For the second amber of the year, I’d say there’s a notable improvement!
The nose has a yeast scent, like bread dough. I like it-it’s not sour or off putting to me. There’s a sweetness there, perhaps due to the malt? Maybe just healthy yeast coming off where there isn’t a lot of hops. Either way, it works.
It has some nice flavor, too. Caramel, but lightly so: this beer doesn’t taste or feel very dense. The effervescence pops on the finish, and while I wouldn’t go so far as to say that it clears the palate, it does do a nice job of setting things up for another sip.
This beer is very, very drinkable and I can’t wait to try and replicate it.
4 lb Metolius
1 bl C80
.75 lb Vanora
.75 lb Munich, 1lb 2 row
Fermentables: 5 lb EXLME
.5 oz Magnum, .25 oz Centennial @60
.5 oz Centennial, .25 oz Magnum @30
.26 oz Centennial, Magnum @ 5
Yeast: Imperial’s Tartan (2nd use)
This amber ale is almost there.
It’s a solid enough beer but it tastes a little thin and that is because I added too much water to the wort after the brew.
See, I always have to add in some water because my brew kettle doesn’t hold five gallons of boiling liquid. It holds closer to four. So, I top the wort off and most of the time, that’s not a problem.
This time, however, I added in a bit too much water and that means that the malty qualities of this beer are muted, instead of prominent. An unfortunate mistake but one that is easy to fix and isn’t all that bad, honestly. Sure, the caramel notes of this amber aren’t as robust as I wish they were, but it’s not a bad beer by any means.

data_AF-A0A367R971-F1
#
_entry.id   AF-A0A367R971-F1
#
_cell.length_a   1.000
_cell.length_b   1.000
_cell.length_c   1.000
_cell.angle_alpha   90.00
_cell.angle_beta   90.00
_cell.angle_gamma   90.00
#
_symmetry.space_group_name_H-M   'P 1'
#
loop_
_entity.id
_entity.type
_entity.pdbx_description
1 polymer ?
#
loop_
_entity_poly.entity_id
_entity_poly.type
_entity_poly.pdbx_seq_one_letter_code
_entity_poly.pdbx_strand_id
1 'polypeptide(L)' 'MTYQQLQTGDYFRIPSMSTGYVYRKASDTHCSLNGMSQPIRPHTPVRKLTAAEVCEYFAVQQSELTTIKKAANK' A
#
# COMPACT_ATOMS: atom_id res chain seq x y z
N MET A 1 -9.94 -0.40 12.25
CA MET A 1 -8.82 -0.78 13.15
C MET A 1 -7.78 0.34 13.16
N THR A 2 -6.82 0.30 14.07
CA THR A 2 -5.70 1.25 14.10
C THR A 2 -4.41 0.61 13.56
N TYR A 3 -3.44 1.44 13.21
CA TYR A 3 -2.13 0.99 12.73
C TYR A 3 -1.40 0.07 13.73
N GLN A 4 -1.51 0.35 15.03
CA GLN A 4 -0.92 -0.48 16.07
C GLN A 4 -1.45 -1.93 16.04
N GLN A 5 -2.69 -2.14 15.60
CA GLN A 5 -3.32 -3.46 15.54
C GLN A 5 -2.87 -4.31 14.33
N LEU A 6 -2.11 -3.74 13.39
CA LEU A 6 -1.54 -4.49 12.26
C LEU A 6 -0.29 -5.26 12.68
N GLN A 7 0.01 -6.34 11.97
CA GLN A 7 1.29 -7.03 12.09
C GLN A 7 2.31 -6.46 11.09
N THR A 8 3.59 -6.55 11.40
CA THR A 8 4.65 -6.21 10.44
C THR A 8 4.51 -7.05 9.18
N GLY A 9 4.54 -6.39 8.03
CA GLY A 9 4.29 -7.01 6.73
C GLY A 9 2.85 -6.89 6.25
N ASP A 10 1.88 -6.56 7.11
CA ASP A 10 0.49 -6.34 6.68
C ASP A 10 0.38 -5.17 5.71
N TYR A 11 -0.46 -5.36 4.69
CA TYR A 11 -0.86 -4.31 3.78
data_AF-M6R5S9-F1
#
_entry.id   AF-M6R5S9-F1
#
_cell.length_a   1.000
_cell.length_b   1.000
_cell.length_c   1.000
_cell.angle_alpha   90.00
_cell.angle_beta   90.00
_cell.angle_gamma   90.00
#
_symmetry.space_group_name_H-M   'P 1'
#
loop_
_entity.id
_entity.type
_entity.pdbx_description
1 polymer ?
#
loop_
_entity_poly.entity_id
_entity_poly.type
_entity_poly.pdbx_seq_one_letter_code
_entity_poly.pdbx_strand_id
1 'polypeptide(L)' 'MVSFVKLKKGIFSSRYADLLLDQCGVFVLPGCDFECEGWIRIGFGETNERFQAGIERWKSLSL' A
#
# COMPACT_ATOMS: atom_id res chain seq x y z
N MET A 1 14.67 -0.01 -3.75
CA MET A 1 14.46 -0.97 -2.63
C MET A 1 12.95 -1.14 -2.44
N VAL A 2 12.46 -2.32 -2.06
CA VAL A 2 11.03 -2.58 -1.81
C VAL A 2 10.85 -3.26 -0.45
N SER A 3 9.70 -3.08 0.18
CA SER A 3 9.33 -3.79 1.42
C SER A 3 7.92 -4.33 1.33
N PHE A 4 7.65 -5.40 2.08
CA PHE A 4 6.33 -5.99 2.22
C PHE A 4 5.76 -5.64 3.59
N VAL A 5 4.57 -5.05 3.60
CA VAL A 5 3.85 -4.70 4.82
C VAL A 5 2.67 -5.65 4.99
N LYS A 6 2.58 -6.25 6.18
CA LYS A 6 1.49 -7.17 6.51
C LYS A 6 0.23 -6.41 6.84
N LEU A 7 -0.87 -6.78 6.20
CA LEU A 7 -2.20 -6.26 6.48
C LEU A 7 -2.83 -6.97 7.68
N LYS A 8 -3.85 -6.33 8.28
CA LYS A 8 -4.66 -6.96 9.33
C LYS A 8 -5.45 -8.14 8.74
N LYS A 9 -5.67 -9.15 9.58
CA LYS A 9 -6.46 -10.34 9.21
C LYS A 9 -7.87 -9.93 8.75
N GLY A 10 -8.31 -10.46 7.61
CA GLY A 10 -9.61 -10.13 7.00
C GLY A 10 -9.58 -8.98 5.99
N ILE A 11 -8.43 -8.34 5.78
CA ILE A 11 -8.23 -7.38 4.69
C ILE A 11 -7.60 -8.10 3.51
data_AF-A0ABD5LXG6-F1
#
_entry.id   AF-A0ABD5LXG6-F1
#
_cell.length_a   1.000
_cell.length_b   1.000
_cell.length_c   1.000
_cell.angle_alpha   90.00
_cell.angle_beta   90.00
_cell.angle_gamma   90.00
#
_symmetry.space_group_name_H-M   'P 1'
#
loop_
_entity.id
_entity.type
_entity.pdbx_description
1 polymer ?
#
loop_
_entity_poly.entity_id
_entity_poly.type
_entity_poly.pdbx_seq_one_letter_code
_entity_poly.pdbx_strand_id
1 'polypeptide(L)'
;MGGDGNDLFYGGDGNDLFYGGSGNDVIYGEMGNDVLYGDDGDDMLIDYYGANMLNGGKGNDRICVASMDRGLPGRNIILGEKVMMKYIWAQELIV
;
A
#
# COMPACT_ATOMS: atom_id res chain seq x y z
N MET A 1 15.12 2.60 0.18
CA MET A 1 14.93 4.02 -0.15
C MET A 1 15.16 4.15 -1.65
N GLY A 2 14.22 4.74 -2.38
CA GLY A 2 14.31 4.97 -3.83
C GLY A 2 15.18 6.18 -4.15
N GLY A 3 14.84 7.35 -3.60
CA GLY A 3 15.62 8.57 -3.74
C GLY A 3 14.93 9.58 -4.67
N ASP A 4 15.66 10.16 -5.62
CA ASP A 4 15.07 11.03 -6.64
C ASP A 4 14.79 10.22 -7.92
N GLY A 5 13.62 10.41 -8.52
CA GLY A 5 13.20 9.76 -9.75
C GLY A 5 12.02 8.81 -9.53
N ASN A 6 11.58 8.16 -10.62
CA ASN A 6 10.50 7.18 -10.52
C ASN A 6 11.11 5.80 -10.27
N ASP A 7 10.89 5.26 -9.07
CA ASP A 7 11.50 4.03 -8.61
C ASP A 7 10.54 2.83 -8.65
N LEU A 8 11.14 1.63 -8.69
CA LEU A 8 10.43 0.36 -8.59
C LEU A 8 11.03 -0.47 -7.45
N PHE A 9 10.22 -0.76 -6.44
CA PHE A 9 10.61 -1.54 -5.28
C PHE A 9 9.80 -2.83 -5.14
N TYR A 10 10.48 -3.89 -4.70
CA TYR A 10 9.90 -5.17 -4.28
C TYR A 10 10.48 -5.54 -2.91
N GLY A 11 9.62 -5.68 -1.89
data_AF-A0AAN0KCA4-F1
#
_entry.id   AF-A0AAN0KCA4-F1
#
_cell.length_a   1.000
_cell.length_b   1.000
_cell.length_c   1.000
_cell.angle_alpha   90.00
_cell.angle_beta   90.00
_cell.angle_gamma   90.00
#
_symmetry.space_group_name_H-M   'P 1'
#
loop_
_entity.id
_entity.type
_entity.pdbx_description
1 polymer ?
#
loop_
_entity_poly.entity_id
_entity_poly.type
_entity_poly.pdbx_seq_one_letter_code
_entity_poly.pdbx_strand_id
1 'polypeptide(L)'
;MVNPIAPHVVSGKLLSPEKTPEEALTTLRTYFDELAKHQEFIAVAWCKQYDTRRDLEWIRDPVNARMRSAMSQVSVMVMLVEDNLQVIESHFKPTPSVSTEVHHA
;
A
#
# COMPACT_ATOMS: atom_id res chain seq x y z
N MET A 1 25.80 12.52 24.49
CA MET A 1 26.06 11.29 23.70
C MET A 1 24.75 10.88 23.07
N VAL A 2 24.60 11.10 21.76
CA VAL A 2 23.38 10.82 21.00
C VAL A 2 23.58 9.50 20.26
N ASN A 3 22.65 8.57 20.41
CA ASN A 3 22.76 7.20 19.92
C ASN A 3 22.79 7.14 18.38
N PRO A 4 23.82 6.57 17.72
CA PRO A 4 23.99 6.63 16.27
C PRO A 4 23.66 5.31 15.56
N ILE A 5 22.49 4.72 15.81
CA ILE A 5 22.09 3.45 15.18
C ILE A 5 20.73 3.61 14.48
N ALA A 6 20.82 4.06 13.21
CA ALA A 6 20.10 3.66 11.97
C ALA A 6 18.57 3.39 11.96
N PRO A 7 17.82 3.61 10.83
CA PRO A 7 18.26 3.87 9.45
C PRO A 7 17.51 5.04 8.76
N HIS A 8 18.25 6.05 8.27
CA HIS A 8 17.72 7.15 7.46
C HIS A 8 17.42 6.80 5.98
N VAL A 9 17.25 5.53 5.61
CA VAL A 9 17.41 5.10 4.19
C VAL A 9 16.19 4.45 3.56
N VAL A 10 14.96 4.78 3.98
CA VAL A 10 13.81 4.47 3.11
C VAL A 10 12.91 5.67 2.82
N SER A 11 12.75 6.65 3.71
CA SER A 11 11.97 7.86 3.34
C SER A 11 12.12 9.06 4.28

This is especially surprising as my notes remind me that this is a beer where I did have to add in a second yeast in order to get the batch fermenting. Mixing yeasts can have weird results but it looks like I got away with it this time!
Brew date: 126.96.36.199
2 lb pale wheat
3 lb Maris otter
1 lb 2 row
2 lb C120
Fermentables: 4 lb LME
1 oz Glacier, 1 oz Palisade @ 60
.5 oz Glacier, Palisade @30
Yeast: Wyeast American Ale 2
Had to add Windsor dry yeast after 24 hours
Secondary on 11.21
I didn’t even have to ask Alaksan brewing what their best selling ale was: they tell me on their web site that the Amber ale is their flagship. Problem solved! Plus, I even get to save some money for once, because the Amber is available in a handy 22oz bottle instead of having to buy a six pack.
But buying a six pack wouldn’t be so bad.
Caramel in the nose! That’s pretty exciting because it’s not hoppy. That this kind of variety exists at a grocery store is kind of remarkable.
The caramel flavor is right there in the middle too; a roasty caramel flavor, sweet but not cloy.
The finish is very bright; the bubbles are adept at sweeping nearly everything away. Nearly. After it’s all done, I’m noticing a biscuit flavor, just a little bit. The label says it’s an alt style and when I look at the style guidelines, it’s suggested that there should be an assertive hop bitterness but I’m not getting that at all.
I’m not complaining by any means. This beer probably a “take” on the style and what the brewers at Alaskan did to this beer I can’t say. But it retains it’s crisp finish (with biscuit) all the way to the end of the glass and I really see this beer as a great staple to the pub. There’s enough going on that I can drink it by itself but also nothing wrong with pairing this up with some nachos.
Nobody at Full Sail got back to me about their best selling ale so it was a dealer’s choice moment. While there may be better known styles, (read: IPAs all day every day) I am a little tired of those styles. Time to have an amber instead!
It’s a malty ale, nose with a bit of a note like a lager, in a way. Almost funky but not exactly, is the best I can do here. The beer itself has a solid malt flavor but it isn’t too thick by any means. So what we have is a drinkable beer that feels like something that I would have with pub grub. I mean this in the best way: it’s got an exceptionally clean finish that should be able to take on any kind of salty, spicy, greasy munchies of your favorite spot.
Which means that this should be easy to find at any pub and worth a pint to wash down your burger.